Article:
Phase I of the metro project will be implemented on a Build-Operate-Transfer basis for a 35-year period. The phase includes construction of three metro lines. The INR2,356 crore (US$477.8 million) contract for the Versova–Andheri–Ghatkopar corridor was secured by a consortium led by Anil Dhirubhai Ambani Group's Reliance Infrastructure Ltd, along with Veolia Transport Co. and the Mumbai Metropolitan Region Development Authority (MMRDA). Simplex Infrastractures Ltd, the main technical contractor, began construction work on this line in 2008, and is expected to complete it in 2012. The next corridor to be built in the first phase will be the 32-km Charkop-Bandra-Mankhurd route, which will have 27 stations. The MMRDA has appointed Reliance Infrastructure to carry out this phase of the project, which is expected to cost INR8,250 crore (US$1.67 billion).[11]

Interface with road network

The Andheri-Kurla Road is one of India's busiest roads – the Metro will thus be a relief for millions of commuters, especially during the monsoon season, when driving can become highly difficult. There is as yet little clarity regarding plans determining the actual system to be put in place for traffic management, management of passenger inflow/outflow at each station, and vehicle pile-up at each station. This is a critical issue, since an addition of people and vehicles into the congested road without a dedicated management plan would lead to severe traffic jams.[12]


The Versova-Andheri-Ghatkopar line of the Metro had an initial construction cost of INR2,356 crore (US$477.8 million). The Metro Railway Administration will be paying charges equivalent of 99% of the market value of the land, plus nominal charges of 1,000 rupees per annum for a period of 35 years, extendable for a further 35-year period. Overhead crossing charges of 50,000 rupees per annum will be levied for the area of land, and 100,000 rupees per annum will be levied for each 100-metre stretch of crossing, according to Joint Project Director Dilip Kawathkar.[13]


Phase I

Work on the 11-km Versova-Andheri-Ghatkopar corridor, a part of Phase I, began on 8 February 2008. In September 2011, MMOPL officials claimed that trial runs on the first section of the corridor, the 3-kilometre Versova–DN Nagar–Azad Nagar stretch, would start by February 2012, with a view to opening the stretch to commuters by March or April 2012.[14] By October 2011, the majority of the corridor's track-support pillars and girders had been laid, and the twelve individual stations were 70% complete, with most of the stations rising above platform level.[15] However, land acquisition and right-of-way issues, along with problems with the construction of a Metro-related viaduct, delayed the line's predicted completion to August 2012.[15][16]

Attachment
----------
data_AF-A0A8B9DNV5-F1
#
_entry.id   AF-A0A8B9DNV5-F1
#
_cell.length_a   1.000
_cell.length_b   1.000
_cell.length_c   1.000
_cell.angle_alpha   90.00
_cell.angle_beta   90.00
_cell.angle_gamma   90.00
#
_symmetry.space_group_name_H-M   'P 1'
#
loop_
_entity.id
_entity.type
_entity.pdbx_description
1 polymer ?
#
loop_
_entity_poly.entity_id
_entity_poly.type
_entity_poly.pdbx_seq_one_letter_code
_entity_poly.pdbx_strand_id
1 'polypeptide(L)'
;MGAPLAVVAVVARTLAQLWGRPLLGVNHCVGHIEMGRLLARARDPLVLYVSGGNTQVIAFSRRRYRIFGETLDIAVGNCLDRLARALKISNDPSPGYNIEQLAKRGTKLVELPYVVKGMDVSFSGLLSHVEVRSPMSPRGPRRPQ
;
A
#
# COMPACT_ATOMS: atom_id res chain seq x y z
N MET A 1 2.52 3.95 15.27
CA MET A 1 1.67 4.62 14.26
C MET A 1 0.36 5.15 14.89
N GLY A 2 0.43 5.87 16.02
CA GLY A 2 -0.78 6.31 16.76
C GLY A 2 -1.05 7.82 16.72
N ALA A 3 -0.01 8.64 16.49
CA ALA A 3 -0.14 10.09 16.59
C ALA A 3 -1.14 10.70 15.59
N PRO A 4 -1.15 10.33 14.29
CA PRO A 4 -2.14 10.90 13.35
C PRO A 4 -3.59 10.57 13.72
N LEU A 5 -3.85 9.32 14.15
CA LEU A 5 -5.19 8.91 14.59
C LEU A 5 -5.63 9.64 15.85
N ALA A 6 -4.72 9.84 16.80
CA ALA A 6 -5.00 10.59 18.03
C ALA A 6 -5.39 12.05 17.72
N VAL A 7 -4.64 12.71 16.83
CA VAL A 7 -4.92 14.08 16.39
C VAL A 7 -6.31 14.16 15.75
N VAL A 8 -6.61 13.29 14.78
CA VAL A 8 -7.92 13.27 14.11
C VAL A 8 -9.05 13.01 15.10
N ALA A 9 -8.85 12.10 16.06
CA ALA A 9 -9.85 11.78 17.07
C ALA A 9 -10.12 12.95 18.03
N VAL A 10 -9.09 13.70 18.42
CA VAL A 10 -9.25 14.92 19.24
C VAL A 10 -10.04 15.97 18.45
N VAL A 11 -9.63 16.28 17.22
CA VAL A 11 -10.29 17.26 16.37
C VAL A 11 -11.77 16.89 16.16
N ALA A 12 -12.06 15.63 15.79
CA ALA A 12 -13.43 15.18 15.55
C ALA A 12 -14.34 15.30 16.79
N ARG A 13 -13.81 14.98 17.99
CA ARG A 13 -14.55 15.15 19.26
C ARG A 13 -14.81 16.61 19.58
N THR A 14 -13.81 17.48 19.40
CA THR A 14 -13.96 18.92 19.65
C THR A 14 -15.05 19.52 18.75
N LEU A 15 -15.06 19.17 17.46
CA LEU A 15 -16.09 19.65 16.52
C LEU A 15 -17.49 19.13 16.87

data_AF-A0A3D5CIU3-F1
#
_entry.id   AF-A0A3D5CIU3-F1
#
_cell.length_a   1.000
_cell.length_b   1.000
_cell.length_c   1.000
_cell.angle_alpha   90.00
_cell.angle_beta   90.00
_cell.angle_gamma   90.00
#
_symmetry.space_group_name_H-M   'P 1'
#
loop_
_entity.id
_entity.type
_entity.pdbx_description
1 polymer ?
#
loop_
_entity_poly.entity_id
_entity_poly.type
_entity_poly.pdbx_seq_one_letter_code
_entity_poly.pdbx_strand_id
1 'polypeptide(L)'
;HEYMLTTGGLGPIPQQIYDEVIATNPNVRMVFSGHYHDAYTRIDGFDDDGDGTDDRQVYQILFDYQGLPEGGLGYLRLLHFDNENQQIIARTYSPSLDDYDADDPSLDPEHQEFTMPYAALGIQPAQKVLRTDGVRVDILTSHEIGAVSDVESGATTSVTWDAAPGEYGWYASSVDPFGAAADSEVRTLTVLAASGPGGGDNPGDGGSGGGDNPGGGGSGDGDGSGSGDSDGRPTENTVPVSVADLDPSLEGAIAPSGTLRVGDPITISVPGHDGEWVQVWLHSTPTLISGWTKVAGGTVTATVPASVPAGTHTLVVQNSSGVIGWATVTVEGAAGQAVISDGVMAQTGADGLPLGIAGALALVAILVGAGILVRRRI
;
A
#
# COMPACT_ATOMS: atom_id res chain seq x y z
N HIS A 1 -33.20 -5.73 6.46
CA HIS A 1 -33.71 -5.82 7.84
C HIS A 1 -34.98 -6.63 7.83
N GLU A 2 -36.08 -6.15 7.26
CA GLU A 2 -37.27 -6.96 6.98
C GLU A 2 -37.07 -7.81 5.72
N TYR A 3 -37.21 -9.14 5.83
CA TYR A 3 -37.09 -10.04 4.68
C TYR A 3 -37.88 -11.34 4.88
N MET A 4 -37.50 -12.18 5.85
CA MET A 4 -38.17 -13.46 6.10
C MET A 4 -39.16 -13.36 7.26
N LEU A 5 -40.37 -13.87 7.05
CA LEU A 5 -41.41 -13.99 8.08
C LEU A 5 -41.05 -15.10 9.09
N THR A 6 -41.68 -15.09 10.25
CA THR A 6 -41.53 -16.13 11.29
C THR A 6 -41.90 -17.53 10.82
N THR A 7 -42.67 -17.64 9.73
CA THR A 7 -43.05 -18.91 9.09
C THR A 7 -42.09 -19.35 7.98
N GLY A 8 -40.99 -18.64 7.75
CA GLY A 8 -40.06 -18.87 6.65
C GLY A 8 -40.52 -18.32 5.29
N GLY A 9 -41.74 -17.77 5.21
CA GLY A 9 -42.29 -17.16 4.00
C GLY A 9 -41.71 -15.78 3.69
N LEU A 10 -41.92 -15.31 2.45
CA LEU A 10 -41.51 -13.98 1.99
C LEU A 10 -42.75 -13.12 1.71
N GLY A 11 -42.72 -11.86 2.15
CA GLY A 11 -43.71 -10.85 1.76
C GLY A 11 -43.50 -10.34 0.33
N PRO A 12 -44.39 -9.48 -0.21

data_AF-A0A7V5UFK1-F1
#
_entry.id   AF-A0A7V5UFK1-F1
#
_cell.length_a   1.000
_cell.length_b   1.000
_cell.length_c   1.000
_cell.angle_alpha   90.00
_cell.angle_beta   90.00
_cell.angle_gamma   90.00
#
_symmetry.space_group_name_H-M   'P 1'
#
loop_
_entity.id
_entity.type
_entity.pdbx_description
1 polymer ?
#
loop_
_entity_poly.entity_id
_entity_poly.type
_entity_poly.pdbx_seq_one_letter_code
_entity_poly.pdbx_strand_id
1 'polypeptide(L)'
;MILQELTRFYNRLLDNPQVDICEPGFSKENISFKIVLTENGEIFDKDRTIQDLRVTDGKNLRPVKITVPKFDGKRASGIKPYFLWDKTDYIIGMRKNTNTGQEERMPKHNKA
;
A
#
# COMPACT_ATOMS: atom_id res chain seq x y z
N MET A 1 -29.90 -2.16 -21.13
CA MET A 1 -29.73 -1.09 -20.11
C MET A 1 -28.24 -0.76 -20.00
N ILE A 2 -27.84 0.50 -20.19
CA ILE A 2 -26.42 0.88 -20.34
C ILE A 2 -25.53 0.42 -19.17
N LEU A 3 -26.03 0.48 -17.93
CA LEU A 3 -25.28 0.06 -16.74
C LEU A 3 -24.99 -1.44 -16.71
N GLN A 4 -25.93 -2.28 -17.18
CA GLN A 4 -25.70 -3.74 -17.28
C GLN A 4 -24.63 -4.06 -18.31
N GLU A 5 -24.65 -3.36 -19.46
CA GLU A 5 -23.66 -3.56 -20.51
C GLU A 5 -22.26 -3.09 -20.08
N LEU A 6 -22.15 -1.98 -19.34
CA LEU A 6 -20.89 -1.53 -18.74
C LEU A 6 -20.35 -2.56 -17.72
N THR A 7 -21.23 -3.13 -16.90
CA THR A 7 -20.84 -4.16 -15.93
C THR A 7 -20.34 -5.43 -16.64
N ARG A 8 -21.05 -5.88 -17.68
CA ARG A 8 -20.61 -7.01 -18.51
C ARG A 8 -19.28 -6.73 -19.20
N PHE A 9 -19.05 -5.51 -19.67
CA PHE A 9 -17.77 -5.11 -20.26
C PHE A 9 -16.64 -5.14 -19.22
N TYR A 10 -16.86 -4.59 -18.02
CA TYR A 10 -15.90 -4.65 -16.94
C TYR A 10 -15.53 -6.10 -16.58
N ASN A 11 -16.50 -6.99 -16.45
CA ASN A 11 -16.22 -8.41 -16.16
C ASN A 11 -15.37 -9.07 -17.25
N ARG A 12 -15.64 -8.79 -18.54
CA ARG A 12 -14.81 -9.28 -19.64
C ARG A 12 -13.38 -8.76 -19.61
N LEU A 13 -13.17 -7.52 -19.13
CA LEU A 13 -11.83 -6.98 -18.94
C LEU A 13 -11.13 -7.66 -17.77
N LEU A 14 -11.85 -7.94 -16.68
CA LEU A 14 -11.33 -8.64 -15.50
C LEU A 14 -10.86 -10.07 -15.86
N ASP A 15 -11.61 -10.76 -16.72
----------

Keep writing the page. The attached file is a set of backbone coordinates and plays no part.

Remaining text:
Versova-Andheri-Ghatkopar corridor

Station No. From To Distance between stations (km)
1 Versova D N Nagar 0.955
2 D N Nagar Azad Nagar 0.796
3 Azad Nagar Andheri 1.36
4 Andheri WEH 1.007
5 WEH Chakala 1.264
6 Chakala Airport Road 0.725
7 Airport Road Marol 0.598
8 Marol Saki Naka 1.075
9 Saki Naka Subhash Nagar 1.123
10 Subhash Nagar Asalpha 0.862
11 Asalpha Ghatkopar 1.056


Rolling stock

RIIL consulted a number of major international rolling stock builders to provide the train fleet for the Mumbai Metro. Bidders for the contract included established metro-vehicle manufacturers such as Kawasaki, Alstom, Siemens and Bombardier, but CSR Nanjing of China was ultimately chosen to supply rolling stock.[17] In May 2008, CSR Nanjing constructed 16 trains of 4 cars each for a total fee of INR6 billion (US$121.7 million).[18]

The coaches will be air-conditioned and designed to reduce noise and vibration, and will feature both high seating capacity and ample space for standing passengers. They will be outfitted with a number of features for safety and convenience, including LCD screens, 3D route maps, first-aid kits, wheelchair facilities, fire-fighting equipment and intercom systems permitting communication with the train driver. Each coach will furthermore feature a black box to assist in accident investigations.[15] The trains will be capable of carrying over 1,100 passengers in a four-car unit.